Marketing content is a favorite target of hackers since it generally exists across a variety of different systems, and is public-facing. In addition, the data that exists in your online marketing platform is very valuable, whether it’s the personal information of your customers or marketing materials that represent a serious investment of your time and resources.
When it comes to protecting your marketing content, then, you need to be aware of several key threats. Learning from the companies who really understand security, in this article, we’ll run through a few strategies that you can use to keep your content safe.
The first step in securing your marketing content is to make sure that all the accounts you are using have the best security protections in place. That might sound like generic advice, which applies to all aspects of your business. However, it is particularly important for marketing because of the sheer number of different platforms, and the ways in which these accounts are linked together.
It might be, for instance, that your website is linked to your other content marketing platforms, such as your social media accounts or your email marketing system. If an attacker manages to compromise the back-end of your systems, they will then have access to your entire online marketing operation. This is why it’s vital to secure all marketing content.
A good first step in this regard is to audit all of the systems you use and to map the connections between them. Where possible, you should put in place extra security checks when a user wants to ‘move between’ systems, in order to segment and further protect your accounts.
One of the most important systems to secure when it comes to protecting your marketing content is your email marketing system. These systems generally hold some of the most critical and sensitive information in any business, and many of them are insecure.
The best email marketing tools come packaged with security measures that will allow you to lock down access, and to store your customers’ contact information using encryption. You should also pay attention to critical (and potentially dangerous) times in the business cycle: rolling out a huge outreach marketing strategy, for instance, is when you need to be particularly wary of attacks.
Email marketing systems don’t just hold customer data, however. The marketing content you send during outreach campaigns can be just as valuable. Developing highly effective email marketing content is one of the most effective ways to engage with your customers, according to recent marketing data. But you should be aware that this is also a target for hackers, and should be protected.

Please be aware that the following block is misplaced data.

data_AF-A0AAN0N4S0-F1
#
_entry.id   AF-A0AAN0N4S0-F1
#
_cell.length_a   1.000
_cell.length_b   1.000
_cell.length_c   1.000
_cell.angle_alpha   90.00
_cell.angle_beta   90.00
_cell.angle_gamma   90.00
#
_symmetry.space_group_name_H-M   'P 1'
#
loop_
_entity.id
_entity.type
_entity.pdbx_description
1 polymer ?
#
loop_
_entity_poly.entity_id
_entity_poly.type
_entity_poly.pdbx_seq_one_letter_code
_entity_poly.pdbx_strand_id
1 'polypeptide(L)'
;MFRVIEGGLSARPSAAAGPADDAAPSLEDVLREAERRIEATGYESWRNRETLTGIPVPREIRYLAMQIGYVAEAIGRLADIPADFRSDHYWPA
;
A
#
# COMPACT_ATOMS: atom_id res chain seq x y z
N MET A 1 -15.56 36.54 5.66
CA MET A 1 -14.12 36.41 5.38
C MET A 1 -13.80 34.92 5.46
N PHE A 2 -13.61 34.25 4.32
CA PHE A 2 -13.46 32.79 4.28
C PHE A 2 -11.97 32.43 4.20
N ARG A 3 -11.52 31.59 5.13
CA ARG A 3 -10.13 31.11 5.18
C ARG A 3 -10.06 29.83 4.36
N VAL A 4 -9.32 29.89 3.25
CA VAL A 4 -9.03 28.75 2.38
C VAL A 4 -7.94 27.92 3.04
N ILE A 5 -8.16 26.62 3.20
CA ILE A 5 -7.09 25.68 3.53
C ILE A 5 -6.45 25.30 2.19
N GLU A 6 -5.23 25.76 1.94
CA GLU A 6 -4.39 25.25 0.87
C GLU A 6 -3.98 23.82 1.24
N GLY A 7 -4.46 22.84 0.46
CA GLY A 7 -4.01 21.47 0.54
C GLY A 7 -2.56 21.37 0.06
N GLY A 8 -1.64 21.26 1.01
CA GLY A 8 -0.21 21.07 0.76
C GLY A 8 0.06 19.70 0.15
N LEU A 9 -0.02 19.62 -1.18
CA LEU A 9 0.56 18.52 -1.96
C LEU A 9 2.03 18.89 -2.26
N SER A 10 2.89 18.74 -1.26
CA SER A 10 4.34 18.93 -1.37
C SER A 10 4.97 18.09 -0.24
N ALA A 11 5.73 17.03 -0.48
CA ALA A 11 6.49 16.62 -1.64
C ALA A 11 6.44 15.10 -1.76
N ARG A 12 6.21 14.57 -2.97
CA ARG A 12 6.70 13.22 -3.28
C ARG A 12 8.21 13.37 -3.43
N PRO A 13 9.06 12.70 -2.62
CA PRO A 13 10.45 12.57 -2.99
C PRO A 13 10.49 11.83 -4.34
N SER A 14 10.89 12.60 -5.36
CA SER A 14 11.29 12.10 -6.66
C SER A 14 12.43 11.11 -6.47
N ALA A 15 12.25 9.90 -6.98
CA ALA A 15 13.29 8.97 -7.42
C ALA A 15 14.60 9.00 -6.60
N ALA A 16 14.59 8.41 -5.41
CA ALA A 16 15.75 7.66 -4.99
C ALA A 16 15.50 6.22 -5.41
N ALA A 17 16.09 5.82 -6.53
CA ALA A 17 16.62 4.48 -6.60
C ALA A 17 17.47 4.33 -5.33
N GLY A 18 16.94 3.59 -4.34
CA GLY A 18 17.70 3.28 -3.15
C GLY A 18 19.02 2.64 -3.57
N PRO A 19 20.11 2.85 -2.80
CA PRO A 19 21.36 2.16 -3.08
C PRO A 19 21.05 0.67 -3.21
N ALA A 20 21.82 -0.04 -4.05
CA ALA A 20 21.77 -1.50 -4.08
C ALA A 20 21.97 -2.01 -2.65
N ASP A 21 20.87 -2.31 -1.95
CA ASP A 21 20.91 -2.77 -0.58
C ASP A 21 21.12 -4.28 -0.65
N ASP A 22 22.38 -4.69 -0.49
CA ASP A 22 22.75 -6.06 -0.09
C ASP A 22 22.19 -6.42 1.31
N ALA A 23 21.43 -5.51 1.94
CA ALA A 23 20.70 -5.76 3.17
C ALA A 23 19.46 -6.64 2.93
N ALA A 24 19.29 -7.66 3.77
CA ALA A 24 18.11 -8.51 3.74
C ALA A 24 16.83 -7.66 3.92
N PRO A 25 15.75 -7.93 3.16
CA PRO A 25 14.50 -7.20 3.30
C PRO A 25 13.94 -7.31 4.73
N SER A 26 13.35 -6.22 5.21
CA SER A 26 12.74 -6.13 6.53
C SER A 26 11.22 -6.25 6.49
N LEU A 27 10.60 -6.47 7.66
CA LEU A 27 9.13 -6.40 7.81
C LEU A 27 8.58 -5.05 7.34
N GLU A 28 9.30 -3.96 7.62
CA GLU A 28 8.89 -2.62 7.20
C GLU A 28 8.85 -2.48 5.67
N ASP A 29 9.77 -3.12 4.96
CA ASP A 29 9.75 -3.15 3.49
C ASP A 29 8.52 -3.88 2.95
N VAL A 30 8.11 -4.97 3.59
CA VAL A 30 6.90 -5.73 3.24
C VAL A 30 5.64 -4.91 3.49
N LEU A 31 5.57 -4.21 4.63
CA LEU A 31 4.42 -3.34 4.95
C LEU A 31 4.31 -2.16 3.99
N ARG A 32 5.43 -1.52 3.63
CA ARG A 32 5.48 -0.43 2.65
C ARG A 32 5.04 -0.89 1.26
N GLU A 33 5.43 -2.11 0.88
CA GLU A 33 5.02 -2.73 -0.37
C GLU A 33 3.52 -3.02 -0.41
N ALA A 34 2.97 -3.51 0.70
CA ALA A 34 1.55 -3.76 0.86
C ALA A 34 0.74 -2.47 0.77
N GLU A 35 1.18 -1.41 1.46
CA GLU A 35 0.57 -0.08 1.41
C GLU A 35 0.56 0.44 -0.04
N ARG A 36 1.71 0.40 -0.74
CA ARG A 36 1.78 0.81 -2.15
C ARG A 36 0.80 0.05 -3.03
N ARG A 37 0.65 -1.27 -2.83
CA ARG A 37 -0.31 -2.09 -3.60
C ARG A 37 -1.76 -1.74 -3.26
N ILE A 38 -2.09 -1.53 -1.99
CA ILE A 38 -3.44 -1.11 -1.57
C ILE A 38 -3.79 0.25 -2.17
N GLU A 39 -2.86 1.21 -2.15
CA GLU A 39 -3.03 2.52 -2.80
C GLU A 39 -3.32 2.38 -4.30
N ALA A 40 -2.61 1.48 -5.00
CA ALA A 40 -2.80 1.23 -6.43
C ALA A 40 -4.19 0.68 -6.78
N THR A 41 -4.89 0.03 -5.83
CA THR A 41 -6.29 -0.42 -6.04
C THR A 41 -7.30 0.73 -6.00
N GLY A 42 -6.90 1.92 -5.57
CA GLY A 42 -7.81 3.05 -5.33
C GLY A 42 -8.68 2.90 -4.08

Lastly, remember that most data breaches are caused by human error. This means that everyone involved in your business’s online marketing efforts should receive regular training on how to keep the systems they use secure. This will include the importance of using strong passwords, how to filter outbound mail, and how to use any security software that you have in place. More advanced training can include instructions on how to make the most of encryption, and how to spot cyberattacks when they are in progress.
A linked concern for content marketers is the risk of plagiarism. This has actually been one of the huge disadvantages of the move to digital marketing techniques, which make it much easier for your competitors to copy and paste your marketing content and pass it off as their own.
There are two levels of protection you should put in place to limit the possibilities and effects of plagiarism. One is at a technical level. Basically, all businesses should store data in a secure way to limit the damage that can be done should a system be compromised. You can also put in place some basic tools that will make it more difficult for your website content to be stolen: using a small piece of code, for instance, to disable right-clicking on your content, which will stop your competitors copying it.
The second level of protection is a legal one. You should ensure that you include the copyright symbol on every page of your website to deter anyone from copying it. E-books, infographics and PDF downloads should also feature copyright symbols and even watermarks to prevent others from passing your content off as their own.
If you have these legal protections in place, responding to theft is much easier. If you discover that another company has stolen your marketing content, the first step is to contact them directly. Inform them that they are in breach of copyright, and demand that the content be taken down. In many cases, this is enough to get the content removed. If it is not, you are beginning to create a paper trail that will be useful should the issue escalate.
If the thief refuses to comply, you can explore other options. The next step should be to send a cease and desist order, and this should be done within 48 hours of the initial contact. If they are still non-compliant, you can contact advertisers to let them know that the site they are using is stealing content: in many cases, advertisers will pull their ads from such sites. If all else fails, you can then request a ban for the site using the Digital Millennium Copyright Act. If you’ve made it clear that your content is copyrighted, this process is relatively straightforward.
Every content marketer should be aware of the value of the data they hold: not just the contact details of customers, but also content that has taken time and effort to develop. By following the steps above, you can dramatically reduce the vulnerability of your online marketing content, and reduce the damage that a hacker or thief can do to your business.